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Why do minor drug offenses lead to major penalties?

| Apr 25, 2014 | Drug Charges |

This will probably sound like a record skipping, but many penalties that are levied against drug offenders are simply absurd. They do not match the offense in question, and it leads many people to wonder why our laws and policies are set up in a way to excessively punish people who commit non-violent acts that minimally infringe — or don’t infringe at all — on public safety.

Case in point: a 48-year-old man was recently sentenced to 13.3 years in jail because he was in possession of marijuana. You may hear that sentence and think that this man had pounds and pounds of marijuana stashed away in his house or something. Instead, he only had two cigarettes worth of marijuana, and this will lead to him losing about one-sixth of an average male’s life to a prison sentence. He also has no chance to earn parole.

“The punishment is so far out of proportion to the conduct that we really can’t call it ‘punishment’ – it is more like torture,” said one drug criminal advocate about the case.

It’s an upsetting decision for many reasons. For one, he actually had his sentence reduced to five years, but upon appeal by a District Attorney, it was raised back to 13.3 years. Why even file that appeal? Why does this person need to be jail for more than 13 years?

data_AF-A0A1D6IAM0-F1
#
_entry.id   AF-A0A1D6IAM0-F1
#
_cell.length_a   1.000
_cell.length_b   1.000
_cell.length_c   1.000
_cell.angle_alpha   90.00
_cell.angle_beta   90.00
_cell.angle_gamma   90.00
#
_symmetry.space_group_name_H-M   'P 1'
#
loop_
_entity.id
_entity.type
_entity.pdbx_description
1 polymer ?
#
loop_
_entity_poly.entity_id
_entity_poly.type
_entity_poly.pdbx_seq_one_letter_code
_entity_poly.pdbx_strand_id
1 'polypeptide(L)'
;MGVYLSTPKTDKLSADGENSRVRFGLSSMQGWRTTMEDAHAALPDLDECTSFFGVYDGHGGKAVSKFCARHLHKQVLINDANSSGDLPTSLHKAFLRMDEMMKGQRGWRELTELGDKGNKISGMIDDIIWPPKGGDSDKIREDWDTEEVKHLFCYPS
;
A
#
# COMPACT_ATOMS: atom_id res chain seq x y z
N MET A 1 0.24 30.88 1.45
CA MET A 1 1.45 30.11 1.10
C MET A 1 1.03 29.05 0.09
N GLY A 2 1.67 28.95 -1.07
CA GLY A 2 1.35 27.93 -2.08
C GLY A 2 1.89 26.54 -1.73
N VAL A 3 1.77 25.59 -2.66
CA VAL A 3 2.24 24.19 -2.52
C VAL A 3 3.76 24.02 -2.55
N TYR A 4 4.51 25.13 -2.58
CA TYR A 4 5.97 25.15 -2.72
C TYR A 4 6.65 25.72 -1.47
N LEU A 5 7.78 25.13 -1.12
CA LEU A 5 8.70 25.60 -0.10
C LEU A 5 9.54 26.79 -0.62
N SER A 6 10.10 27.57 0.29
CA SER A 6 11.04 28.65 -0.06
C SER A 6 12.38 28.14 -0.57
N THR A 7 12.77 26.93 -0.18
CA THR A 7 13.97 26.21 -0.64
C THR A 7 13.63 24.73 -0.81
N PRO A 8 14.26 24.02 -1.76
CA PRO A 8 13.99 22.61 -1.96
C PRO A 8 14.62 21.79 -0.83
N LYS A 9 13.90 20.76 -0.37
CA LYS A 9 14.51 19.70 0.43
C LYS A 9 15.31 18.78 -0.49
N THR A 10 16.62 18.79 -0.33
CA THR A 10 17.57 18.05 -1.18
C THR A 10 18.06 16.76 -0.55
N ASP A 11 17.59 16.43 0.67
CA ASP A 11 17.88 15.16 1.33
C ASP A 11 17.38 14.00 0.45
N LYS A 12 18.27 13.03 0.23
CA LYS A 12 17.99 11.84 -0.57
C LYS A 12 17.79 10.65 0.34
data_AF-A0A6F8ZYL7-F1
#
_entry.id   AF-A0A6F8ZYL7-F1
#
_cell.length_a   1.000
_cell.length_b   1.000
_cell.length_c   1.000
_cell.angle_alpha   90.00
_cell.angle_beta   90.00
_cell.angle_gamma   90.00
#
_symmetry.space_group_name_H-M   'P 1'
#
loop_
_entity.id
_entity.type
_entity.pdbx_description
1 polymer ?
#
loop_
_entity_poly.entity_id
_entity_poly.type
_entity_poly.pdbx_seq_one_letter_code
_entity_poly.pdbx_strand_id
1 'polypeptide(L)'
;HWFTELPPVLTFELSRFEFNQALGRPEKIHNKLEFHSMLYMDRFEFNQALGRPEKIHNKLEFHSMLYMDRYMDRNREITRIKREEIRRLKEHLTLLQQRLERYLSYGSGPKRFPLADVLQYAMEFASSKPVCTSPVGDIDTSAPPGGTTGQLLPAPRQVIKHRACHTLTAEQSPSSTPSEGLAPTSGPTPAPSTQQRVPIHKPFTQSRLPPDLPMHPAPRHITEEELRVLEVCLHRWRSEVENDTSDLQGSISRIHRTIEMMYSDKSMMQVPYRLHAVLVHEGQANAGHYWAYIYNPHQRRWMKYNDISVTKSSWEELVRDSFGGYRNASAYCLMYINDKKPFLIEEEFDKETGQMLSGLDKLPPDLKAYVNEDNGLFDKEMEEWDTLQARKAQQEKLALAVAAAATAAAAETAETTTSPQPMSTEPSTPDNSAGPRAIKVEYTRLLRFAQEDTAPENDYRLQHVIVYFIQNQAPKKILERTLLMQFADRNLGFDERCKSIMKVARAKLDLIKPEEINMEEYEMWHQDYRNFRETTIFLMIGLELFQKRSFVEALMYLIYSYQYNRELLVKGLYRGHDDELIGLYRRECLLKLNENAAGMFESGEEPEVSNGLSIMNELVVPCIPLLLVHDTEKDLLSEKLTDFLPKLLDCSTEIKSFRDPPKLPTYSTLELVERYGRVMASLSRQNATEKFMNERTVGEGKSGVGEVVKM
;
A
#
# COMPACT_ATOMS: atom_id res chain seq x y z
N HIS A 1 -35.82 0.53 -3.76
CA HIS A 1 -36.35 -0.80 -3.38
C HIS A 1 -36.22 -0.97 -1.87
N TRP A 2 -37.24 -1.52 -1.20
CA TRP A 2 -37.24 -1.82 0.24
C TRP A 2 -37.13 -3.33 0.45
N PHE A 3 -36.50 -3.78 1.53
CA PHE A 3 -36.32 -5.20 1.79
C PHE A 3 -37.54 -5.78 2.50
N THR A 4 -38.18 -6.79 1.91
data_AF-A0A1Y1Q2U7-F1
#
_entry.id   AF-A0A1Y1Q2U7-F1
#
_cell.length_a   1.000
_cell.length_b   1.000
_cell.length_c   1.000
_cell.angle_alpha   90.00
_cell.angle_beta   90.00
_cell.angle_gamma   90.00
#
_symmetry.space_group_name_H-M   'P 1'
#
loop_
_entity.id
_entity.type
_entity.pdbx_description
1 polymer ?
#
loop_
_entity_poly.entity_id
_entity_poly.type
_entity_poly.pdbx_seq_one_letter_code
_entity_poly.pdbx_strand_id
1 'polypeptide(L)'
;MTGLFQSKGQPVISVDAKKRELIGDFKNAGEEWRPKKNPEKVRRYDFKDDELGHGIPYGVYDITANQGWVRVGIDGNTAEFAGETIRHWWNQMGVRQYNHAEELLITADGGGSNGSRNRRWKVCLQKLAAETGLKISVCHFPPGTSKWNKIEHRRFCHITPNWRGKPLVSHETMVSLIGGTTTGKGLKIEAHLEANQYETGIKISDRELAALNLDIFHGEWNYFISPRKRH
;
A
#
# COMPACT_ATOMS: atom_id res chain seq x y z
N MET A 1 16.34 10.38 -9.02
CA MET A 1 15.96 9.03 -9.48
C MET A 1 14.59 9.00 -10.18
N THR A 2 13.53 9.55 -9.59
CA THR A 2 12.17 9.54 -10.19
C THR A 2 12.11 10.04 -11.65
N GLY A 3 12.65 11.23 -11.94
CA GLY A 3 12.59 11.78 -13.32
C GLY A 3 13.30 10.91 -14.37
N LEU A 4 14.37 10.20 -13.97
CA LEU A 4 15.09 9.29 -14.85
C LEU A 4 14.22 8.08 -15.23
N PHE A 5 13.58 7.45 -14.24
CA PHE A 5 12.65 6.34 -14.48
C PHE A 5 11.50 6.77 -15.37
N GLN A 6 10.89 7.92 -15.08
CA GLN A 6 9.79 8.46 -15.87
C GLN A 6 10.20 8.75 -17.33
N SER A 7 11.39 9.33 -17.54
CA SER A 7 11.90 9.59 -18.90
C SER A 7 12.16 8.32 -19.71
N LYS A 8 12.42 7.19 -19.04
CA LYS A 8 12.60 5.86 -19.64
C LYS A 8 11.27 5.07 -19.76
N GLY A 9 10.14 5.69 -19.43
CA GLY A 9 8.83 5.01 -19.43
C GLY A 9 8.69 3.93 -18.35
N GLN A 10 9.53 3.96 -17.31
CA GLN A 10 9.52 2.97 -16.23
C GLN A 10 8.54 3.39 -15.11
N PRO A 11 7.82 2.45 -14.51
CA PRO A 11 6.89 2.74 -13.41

That leads to the second point, which is that this 48-year-old was not selling the drugs. He wasn’t doing anything violent. He simply had the drugs for personal use, and for that, “the system” deems that this person must be locked away for a very long time.

Third and finally, this brings back the notion that there is no room for nuance in the criminal justice system. We punish drug offenders as harshly as possible because that’s what we’ve always done. It’s what seems right — but really, this kind of sentence does nothing to enhance public safety, nor will it teach this person to avoid his mistakes. In fact, it will likely only make him bitter and upset at a system that treated him harshly.

Source: Drug Policy Alliance, “Louisianan Given 13-Year Prison Sentence for Possession of Two Marijuana Cigarettes,” April 16, 2014

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